March 13, 2019
Every time I’m introduced in a public setting, my list of NBA records is announced. There aren’t as many now as there were when I retired, so at least my introduction takes less time. But whenever someone closes in on one of my remaining records, especially the Moby-Dick as the all-time leading scorer, I’m asked by dozens of media people whether I think they can do it and how I’ll feel if they do. It’s as if people think I’m sitting home watching the games chanting: Miss! Miss! Miss! Actually, when I see these talented veteran players’ remarkable athleticism while shooting, blocking and rebounding, I’m cheering them on with “Go, man, go!” which also is the title of a 1954 movie about the Harlem Globetrotters that first inspired my interest in basketball. I want them to break my records because doing so is one more benchmark of human progress.
Last week LeBron James passed Michael Jordan for fourth on the NBA’s all-time scoring list. That places him fourth – right behind Kobe Bryant, Karl Malone and me. Of course, I was bombarded with requests for my reaction, which I expressed in my Instagram message to LeBron: “Hey LeBron, I just wanted to congratulate you on your most recent accomplishment, passing Michael Jordan. I know he was your hero, and how much it means to you to pass someone that you admired your whole life. The same thing happened to me, back in 1984, when I was able to pass Wilt [Chamberlain]’s record, someone that I had admired when I was a kid. So I know what that means to you, and it’s a very special day, so congratulations for that. Everybody’s asking me how I’m going to react if you pass my record. Only thing I have to say is, if and when that happens, I’ll be glad that it’s somebody that has shown as much class and caring as you have. All the best and enjoy.”
These vigorous arguments and speculations about sports records aren’t just about statistics for fans in sports bars to chatter about over beer and pizza. Breaking athletic records is important to a society because every time we extend a jump by half an inch or shave a race by a tenth of a second, we’re pushing the boundaries of what we think the human body is capable of. Each time an athlete demonstrates that a person is capable of more than we thought, they have inspired all of humanity to realize that they are capable of reaching further than they thought possible. Nowhere is that sentiment better expressed than in another of my favorite sports movies, Vision Quest, in which a high school wrestler, Louden, tells his co-worker, Elmo, a middle-aged fry cook who lives in a crappy apartment, that he’s considering not showing up for his wrestling match against the undefeated state champion because his girlfriend just dumped him. Louden is surprised to see Elmo has dressed up in a suit and is taking time off work to come to the match. Louden tries to downplay the match, saying it’s no big deal. To which Elmo responds by telling him about the first time he saw Pelé play soccer: “I was in the room here one day … watchin’ the Mexican channel on TV. I don’t know nothin’ about Pelé. I’m watchin’ what this guy can do with a ball and his feet. Next thing I know, he jumps in the air and flips into a somersault and kicks the ball in – upside down and backwards … the goddamn goalie never knew what the fuck hit him. Pelé gets excited and he rips off his jersey and starts running around the stadium waving it around his head. Everybody’s screaming in Spanish. I’m here, sitting alone in my room, and I start crying. That’s right, I start crying. Because another human being, a species that I happen to belong to, could kick a ball, and lift himself, and the rest of us sad-assed human beings, up to a better place to be, if only for a minute … let me tell ya, kid – it was pretty goddamned glorious.” Everyone who’s ever watched as an Olympic gymnast somersaults impossibly high with unimaginable speed and unprecedented control, shares that tingle of stunned elation and burst of pride that a human being can do that. Followed by the realization: maybe there’s more that I can do, too.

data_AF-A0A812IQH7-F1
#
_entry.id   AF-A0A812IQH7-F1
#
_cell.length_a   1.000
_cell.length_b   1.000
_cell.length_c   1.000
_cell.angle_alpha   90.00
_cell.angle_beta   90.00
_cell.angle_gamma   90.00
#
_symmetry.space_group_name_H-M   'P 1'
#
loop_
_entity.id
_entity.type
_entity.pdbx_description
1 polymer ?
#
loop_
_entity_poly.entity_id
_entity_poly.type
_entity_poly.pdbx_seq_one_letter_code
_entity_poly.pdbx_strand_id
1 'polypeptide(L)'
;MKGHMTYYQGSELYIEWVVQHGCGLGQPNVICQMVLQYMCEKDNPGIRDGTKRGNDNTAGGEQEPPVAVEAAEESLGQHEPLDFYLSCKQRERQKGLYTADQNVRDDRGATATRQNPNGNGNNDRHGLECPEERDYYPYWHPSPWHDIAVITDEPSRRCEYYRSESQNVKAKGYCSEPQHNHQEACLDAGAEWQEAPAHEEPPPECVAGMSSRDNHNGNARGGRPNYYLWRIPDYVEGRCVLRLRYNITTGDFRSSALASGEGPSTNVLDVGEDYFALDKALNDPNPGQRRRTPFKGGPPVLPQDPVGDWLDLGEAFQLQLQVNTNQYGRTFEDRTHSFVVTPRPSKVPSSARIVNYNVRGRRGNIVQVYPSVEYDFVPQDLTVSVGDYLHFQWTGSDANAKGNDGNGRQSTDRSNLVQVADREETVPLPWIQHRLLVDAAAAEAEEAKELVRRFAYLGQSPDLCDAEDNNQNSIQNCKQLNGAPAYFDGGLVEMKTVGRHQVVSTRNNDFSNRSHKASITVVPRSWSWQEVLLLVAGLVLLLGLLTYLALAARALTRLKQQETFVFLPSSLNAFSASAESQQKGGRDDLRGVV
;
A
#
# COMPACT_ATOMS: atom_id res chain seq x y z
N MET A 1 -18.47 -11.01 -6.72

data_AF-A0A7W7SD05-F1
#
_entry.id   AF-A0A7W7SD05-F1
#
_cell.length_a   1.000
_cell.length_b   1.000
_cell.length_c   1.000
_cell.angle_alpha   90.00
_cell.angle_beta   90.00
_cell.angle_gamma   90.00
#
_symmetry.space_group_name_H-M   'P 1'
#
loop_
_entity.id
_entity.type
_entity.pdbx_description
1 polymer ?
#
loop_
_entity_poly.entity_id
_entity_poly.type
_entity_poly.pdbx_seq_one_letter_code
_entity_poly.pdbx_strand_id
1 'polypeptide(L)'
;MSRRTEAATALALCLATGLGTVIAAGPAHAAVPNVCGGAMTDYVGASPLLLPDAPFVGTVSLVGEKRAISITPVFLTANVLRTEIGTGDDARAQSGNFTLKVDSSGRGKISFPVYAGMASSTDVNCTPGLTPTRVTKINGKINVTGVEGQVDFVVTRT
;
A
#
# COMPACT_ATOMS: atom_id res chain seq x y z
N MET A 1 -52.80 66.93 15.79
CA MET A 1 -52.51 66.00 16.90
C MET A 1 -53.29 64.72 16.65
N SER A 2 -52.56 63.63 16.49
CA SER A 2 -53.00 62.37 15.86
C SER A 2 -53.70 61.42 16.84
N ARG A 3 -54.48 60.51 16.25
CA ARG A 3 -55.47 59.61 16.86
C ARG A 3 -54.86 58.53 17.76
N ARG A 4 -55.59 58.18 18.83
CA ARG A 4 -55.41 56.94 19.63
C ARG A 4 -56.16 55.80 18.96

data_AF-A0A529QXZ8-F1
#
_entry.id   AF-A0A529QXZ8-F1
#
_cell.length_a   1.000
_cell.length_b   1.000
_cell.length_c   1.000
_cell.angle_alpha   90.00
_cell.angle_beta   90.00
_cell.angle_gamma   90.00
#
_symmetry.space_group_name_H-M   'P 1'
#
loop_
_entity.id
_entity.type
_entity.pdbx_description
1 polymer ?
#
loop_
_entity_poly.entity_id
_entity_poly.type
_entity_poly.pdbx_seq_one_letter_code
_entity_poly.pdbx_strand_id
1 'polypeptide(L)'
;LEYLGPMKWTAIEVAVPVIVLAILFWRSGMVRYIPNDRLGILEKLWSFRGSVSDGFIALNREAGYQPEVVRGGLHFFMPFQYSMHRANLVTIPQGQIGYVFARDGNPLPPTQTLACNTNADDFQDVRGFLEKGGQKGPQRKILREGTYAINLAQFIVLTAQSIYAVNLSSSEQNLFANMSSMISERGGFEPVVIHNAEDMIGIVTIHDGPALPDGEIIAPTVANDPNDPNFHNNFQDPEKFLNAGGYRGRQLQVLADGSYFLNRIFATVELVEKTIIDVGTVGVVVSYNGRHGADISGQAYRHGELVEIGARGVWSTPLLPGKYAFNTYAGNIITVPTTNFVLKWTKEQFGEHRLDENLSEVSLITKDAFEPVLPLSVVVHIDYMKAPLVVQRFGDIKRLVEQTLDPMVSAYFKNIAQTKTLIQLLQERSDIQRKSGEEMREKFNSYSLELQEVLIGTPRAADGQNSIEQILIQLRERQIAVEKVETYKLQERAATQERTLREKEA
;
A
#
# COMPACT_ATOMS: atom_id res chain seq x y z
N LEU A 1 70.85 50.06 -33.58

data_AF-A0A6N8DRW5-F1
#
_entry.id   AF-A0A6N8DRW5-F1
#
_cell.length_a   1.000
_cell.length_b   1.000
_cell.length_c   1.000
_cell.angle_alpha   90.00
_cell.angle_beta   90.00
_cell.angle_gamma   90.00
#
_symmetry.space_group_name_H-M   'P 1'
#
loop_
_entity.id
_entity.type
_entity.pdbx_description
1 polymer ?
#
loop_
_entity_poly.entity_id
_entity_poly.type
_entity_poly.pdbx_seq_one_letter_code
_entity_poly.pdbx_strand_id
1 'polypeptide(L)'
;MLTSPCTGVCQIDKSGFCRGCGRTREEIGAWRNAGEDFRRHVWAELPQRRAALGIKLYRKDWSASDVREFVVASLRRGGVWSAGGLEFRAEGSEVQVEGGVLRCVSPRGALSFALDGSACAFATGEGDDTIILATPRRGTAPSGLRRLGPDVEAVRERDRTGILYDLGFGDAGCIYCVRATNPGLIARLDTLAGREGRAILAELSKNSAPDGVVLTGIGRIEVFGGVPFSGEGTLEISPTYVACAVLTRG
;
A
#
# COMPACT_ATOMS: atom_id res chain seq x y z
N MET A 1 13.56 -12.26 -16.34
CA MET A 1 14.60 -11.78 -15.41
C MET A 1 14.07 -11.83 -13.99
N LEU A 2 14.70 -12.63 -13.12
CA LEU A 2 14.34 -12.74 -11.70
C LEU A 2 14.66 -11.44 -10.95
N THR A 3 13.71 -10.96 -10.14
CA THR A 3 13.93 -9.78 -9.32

A historic aspect of record breaking that can’t be ignored is that people of color have motivated themselves to break records as a way of proving themselves to a predominantly white society. In some sports, it has only been decades since we have been allowed to compete alongside white players: 1950 for the NBA, 1947 for the MLB, 1946 for the NFL. The fame, the money, and the adulation that players of color earn when breaking records adds status to their entire community.
Sometimes I think people overlook equally important statistics. My basketball hero, Wilt Chamberlain, who retired 56 years ago, still holds 72 NBA records, several of which are considered unbreakable, including scoring 100 points in a single game. In the 1961-62 season, Wilt set the NBA record of most field goals made (1,597). However, in that same season, he also holds the record for the most field goals missed (1,562). At the same time we celebrate record achievements, we need to acknowledge epic failures that make those achievements possible. Our successes make us happy, but our failures make us stronger. Michael Jordan expressed that awareness best: “I’ve missed more than 9,000 shots in my career. I’ve lost almost 300 games. Twenty-six times I’ve been trusted to take the game winning shot and missed. I’ve failed over and over and over again in my life. And that is why I succeed.”
What will I be doing the day LeBron – or some little kid on a playground right now chucking up free throws – breaks my record? I’ll be cheering from the stands, “Go, man, go!”